President Toda made the Toshima Civic Hall, located not far from the Tokyo Detention Center where President Makiguchi died for his beliefs, the stage for his struggle to convey the correct teaching of Buddhism, giving lectures there on Nichiren’s writings and the Lotus Sutra.

In August 60 years ago (in 1957), right after I had taken the lead in activities for kosen-rufu in Tokyo’s Arakawa Ward, a Soka Gakkai Headquarters leaders meeting was held at the Toshima Civic Hall. In his speech on that occasion, President Toda praised the dramatic propagation results that had been achieved throughout the country. And he voiced the hope that leaders would warmly encourage and support the new members so that they could savor the joy of faith and be truly glad that they were practicing Nichiren Buddhism. President Toda was intently focused on helping each person establish faith so they could become happy. Toward that end, he taught us to tirelessly take action as Bodhisattvas of the Earth.

Just as our planet rotates unerringly on its axis while revolving around the sun, our individual human revolution and the progress of kosen-rufu are in perfect sync, creating limitless value.

In Nichiren’s treatise “On Establishing the Correct Teaching for the Peace of the Land,” the guest concludes: “It is not enough that I alone should accept and have faith in your words—we must see to it that others as well are warned of their errors” (WND-1, 26).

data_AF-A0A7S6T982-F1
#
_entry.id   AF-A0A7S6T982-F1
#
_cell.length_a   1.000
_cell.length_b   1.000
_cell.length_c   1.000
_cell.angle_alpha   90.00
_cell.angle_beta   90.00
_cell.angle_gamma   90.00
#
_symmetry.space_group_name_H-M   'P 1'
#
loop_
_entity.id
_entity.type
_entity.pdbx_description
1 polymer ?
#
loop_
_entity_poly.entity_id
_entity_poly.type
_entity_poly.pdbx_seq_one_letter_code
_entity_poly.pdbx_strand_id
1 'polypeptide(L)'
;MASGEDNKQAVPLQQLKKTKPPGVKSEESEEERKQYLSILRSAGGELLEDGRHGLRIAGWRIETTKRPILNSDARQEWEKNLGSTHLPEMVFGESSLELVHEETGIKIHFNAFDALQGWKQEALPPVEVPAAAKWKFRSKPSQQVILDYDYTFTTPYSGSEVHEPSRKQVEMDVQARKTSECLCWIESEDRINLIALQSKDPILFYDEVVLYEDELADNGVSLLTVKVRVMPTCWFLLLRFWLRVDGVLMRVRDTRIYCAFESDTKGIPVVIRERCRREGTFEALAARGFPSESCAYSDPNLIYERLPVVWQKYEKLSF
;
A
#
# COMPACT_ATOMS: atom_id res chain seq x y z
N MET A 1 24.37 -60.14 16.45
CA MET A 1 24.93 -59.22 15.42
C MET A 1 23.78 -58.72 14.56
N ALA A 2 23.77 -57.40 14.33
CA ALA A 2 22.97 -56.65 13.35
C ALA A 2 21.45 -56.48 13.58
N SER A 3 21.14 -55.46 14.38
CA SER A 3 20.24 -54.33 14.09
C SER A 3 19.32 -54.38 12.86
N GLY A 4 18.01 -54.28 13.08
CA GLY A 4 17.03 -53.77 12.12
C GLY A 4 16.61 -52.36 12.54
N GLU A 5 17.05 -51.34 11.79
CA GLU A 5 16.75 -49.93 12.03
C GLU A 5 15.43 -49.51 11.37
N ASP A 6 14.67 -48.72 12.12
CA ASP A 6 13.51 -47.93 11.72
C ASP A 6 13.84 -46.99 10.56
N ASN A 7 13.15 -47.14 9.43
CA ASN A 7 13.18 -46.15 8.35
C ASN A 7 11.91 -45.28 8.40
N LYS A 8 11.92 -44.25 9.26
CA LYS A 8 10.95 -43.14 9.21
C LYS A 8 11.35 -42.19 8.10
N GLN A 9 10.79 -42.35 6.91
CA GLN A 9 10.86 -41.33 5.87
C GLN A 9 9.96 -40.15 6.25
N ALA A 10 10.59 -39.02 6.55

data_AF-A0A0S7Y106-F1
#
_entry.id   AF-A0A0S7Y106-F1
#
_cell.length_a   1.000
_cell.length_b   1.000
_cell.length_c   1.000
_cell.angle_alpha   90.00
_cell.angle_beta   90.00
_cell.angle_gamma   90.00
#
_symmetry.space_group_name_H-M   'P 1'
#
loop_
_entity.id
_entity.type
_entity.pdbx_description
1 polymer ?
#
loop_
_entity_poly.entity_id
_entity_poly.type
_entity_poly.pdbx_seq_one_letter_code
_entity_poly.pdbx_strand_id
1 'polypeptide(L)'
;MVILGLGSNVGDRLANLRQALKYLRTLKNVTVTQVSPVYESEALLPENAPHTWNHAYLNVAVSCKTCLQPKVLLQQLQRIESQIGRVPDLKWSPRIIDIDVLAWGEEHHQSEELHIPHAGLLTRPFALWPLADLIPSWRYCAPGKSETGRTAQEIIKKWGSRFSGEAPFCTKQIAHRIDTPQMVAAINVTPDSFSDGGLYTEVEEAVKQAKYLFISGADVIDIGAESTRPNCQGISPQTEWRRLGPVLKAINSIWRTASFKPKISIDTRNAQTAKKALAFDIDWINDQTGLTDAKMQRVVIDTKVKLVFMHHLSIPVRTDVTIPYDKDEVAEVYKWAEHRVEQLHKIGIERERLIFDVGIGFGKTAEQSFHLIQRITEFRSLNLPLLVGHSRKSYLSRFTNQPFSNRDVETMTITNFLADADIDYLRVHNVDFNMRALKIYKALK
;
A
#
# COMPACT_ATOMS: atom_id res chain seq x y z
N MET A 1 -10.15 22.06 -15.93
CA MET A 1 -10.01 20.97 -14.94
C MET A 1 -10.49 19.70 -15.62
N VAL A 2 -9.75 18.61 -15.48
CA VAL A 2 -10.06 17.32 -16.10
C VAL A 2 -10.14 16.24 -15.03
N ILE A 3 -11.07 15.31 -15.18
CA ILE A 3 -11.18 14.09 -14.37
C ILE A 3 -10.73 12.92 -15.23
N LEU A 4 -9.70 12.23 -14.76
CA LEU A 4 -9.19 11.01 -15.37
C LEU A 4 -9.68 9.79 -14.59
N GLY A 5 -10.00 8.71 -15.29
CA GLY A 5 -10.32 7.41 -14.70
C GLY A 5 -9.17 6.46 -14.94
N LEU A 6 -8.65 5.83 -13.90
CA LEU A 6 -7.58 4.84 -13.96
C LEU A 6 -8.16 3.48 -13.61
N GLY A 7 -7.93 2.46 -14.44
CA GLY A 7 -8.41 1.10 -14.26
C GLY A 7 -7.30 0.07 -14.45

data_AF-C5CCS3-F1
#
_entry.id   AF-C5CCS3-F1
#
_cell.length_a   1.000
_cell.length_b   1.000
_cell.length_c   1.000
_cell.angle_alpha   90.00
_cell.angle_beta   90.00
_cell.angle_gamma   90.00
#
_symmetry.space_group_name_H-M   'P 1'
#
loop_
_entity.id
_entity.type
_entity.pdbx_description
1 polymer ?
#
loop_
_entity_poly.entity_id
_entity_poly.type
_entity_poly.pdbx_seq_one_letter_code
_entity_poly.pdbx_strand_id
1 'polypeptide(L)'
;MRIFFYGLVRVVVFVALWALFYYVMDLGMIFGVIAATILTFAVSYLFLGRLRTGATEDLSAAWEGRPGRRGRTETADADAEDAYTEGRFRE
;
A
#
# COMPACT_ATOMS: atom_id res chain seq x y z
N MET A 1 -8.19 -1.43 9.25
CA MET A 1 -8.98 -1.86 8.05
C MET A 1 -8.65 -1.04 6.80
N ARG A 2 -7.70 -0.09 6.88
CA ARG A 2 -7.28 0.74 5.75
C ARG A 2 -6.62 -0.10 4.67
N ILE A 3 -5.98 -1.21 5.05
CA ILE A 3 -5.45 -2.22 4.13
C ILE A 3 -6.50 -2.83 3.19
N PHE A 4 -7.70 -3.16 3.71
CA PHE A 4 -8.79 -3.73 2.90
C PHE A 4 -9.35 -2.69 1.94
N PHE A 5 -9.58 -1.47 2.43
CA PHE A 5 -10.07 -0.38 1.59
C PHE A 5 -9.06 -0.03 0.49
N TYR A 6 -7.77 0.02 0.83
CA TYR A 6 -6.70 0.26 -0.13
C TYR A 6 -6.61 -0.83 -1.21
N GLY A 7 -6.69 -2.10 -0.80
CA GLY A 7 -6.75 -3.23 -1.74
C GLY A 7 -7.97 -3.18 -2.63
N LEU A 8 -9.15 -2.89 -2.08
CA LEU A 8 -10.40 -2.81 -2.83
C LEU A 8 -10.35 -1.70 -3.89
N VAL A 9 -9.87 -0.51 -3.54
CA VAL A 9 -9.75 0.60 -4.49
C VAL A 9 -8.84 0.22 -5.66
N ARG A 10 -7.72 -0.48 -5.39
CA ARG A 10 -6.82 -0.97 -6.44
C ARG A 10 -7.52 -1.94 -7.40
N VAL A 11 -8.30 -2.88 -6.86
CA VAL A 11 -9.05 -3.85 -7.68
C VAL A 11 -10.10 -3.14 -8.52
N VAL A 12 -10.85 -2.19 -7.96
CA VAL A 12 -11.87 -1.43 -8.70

Exerting ourselves each day in “the two ways of practice and study” (see “The True Aspect of All Phenomena,” WND-1, 386), we courageously strive to propagate the Mystic Law and realize Nichiren’s ideal of “establishing the correct teaching for the peace of the land.” These dynamic activities for kosen-rufu set forth by Mr. Toda are the surest and quickest way to attain Buddhahood in this lifetime, helping us transform our karma and achieve a life state of absolute happiness.

The display at the Mentor Memorial Room included a collection of group photos that I took with 3,400 Toshima members on May 5, 1973, as well as photos of a future division sporting event held the same day. I have fond memories of discussing the importance of victory with members on that occasion, saying: “Winning gives impetus to fresh growth. It inspires fresh hope and courage. That’s why triumphing decisively in every challenge is the driving force for kosen-rufu.”